Okotoks restaurant owner shows up for the NPD in the Foothills
Foothills’ list of candidates in the upcoming federal election continues to grow, with a fifth candidate emerging to run under the NDP.
Okotoks business owner Michelle Traxel will be running under the orange banner.
The decision to run came when she realized that waiting for a candidate to run wasn’t going to change anything.
“It got to this point where I realized I really had to do it. I had to stop sitting and wait and jump in. I felt like my voice wasn’t being heard, and neither was it. a lot of my peers, and I was like, ‘Why not? If someone wants to jump in, why not me?’ “
Traxel says there was some hesitation at first, given Alberta’s reputation for the way progressive candidates are treated in the Prairie provinces, but says she just doesn’t see that reputation represented. in his community.
“It’s a little improper. It’s not something that fits with who we are as Albertans, and I think people here really respect democracy. On the contrary, I’ve seen a huge uproar. support, and even people who don’t. I don’t agree with the political platform I represent, I’m just proud that someone is getting involved. “
Michelle and her husband Jarod own and operate Little Fast + Fresh restaurant in Okotoks, and she says it has allowed her to get to know members of the local farming community.
“When we decided to open a restaurant here in Okotoks, we had already lived here for quite some time and we really felt like there was a little gap. We have this amazing product that is produced in the foothills and not. It was the number one priority of the business plan, was to make sure that we were serving Alberta food, as much as possible, as local as possible.
She says it has also given her an idea of what kind of support local farmers need and how they want to be represented.
His background as a local business owner is something Traxel sees as an asset to his candidacy.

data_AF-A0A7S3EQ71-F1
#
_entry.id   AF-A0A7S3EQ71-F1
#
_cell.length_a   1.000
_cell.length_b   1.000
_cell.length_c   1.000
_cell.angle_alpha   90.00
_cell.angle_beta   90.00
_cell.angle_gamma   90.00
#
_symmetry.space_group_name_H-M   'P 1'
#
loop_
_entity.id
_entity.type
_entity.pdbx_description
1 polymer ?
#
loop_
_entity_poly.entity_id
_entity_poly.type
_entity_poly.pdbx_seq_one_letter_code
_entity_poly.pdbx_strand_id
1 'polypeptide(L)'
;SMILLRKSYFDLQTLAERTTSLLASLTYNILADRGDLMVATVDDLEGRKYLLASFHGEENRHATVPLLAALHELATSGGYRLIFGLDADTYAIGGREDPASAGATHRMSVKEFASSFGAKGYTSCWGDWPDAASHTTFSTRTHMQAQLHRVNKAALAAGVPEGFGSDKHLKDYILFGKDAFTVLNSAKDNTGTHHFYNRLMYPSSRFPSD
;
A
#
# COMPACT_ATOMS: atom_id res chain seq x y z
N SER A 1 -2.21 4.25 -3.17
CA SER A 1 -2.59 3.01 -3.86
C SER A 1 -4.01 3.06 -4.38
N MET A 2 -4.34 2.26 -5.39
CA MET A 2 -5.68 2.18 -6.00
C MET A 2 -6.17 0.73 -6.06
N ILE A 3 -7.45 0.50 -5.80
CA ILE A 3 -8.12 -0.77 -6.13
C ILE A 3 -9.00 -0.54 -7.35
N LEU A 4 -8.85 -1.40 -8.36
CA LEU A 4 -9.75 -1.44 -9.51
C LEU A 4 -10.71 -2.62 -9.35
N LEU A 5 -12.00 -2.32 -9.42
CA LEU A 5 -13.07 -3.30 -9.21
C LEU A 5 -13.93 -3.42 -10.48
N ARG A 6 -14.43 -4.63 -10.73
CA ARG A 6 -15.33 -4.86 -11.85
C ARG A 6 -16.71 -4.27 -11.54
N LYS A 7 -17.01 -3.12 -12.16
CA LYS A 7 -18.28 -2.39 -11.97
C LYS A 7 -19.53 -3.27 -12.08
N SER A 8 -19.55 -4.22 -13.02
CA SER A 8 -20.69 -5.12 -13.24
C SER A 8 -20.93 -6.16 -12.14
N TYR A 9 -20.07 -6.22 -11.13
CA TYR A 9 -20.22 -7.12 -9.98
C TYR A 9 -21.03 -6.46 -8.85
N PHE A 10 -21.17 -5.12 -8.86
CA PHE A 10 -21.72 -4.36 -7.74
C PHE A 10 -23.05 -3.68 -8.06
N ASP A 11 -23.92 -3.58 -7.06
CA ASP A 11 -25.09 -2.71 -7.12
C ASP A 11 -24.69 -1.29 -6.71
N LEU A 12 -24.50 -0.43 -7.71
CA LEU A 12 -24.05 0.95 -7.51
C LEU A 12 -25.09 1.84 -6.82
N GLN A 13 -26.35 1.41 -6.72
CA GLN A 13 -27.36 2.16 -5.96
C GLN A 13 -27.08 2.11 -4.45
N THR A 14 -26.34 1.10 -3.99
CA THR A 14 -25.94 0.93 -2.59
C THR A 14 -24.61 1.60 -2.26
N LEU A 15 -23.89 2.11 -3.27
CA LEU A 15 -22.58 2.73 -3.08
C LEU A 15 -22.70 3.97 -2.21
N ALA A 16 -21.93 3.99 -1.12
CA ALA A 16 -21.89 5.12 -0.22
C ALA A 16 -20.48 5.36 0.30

“I’m not an idyllic person, I’m not frolicking the fields with a really fanciful ideology. I really understand that there is an operational expense to just being there, that it costs money to start. a farm, to start a business, to start a school. There are a lot of expenses in that, and there are ways to manage those expenses very effectively and very inefficiently. I feel like I’m going through the pandemic as a that small business owner really woke me up just how broken the system is. “
She says the NDP platform is pragmatic and is not the fiscal dystopia that some claim to be.
She also says there is a difference between large corporations and the average taxpayer.
“These are very large multinational corporations that have figured out how to set up shell companies in Canada to appear to be a Canadian company when in reality they are transferring money across other companies and countries. . It’s not the taxation that’s going to increase my personal taxes, your personal taxes, or even necessary for millionaires here in the Foothills. It’s much more important than that, and it’s more of a top-down approach rather than ‘a bottom-up approach. “
The party’s stance on social issues has also been a big draw to Traxel, including LGBTQ + rights, the justice system, and recent conversations around residential schools.
Traxel also found herself frustrated with federal conversations about climate change, instead wanting to face the problem and tackle it head-on.
“We know we’re in a climate crisis, and we really don’t see any approach on how to handle it. I think specifically for the Foothills, this moment in climate change has so much impact, and we’re seeing so many. Farms are losing entire crops to drought, they don’t have access to pay for irrigation, and even farms that have had a good turnout are struggling to recruit staff due to the pandemic. It’s a perfect storm, and I think the financial fallout for our farmers is going to be astronomical. “
Another highlight for Traxel is the NDP’s stance on cellphone rates and coverage in Canada.
“I think for the average Canadian, we don’t understand how much of an impact it would be to save $ 100 to $ 200 a month on something we all use, like our cell phones, and how much of that money will go back into our community. It’s the money we use to go to our favorite local restaurant for dinner. It’s the money we spend at the local farmers market. It’s the money we spend in local shops. . It’s so simple and so simple, but quite achievable. “
Overall, Traxel is proud to represent a progressive voice.
“I always felt there was a progressive undercurrent here in Okotoks as well as the Foothills in general. I’ve heard it, I’ve seen it and I really want to represent it. C ‘was really important to me. “
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